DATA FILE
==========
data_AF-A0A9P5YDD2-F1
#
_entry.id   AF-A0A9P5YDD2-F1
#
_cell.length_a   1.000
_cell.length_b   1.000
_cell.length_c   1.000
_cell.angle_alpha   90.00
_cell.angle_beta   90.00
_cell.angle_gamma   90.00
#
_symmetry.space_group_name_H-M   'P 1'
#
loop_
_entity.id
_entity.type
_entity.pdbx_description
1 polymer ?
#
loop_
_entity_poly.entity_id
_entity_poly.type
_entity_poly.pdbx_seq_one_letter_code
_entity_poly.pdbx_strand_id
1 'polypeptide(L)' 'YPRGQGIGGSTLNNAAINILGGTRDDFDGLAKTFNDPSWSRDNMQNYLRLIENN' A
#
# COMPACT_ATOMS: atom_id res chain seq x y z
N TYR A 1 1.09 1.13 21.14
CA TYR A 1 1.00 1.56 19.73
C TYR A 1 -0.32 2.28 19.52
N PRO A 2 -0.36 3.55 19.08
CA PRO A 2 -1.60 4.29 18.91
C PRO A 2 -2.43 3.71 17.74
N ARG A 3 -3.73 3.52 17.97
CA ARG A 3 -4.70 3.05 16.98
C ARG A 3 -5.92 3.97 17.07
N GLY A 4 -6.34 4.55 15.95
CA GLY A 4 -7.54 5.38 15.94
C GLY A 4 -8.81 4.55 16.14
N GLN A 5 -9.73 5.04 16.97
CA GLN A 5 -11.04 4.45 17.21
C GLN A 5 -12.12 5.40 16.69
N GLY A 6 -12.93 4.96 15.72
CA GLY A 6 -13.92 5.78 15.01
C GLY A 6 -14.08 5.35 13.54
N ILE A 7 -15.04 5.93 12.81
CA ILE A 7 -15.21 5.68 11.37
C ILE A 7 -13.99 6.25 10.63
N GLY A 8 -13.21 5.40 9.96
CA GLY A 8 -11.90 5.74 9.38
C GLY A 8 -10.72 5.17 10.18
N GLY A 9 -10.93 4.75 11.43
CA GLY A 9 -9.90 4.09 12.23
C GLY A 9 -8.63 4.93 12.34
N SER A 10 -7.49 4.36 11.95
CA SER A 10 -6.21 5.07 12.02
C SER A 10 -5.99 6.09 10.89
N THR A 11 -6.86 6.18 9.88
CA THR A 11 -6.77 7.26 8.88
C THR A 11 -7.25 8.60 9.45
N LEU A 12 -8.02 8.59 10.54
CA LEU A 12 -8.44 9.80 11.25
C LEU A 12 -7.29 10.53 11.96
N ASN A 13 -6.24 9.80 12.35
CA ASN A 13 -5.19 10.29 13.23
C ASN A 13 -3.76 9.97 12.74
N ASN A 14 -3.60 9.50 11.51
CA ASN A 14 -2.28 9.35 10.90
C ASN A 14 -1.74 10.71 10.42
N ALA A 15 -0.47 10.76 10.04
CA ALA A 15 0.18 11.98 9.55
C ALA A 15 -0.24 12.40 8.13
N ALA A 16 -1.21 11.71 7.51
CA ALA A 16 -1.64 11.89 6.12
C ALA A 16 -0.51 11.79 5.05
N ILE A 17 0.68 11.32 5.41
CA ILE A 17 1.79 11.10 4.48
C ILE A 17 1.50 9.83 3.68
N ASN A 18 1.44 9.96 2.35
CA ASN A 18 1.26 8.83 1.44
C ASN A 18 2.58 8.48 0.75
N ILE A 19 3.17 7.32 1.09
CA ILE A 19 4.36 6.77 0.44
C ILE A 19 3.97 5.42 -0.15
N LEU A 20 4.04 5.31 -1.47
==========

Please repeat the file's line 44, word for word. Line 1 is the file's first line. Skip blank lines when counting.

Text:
CA GLY A 6 -13.92 5.78 15.01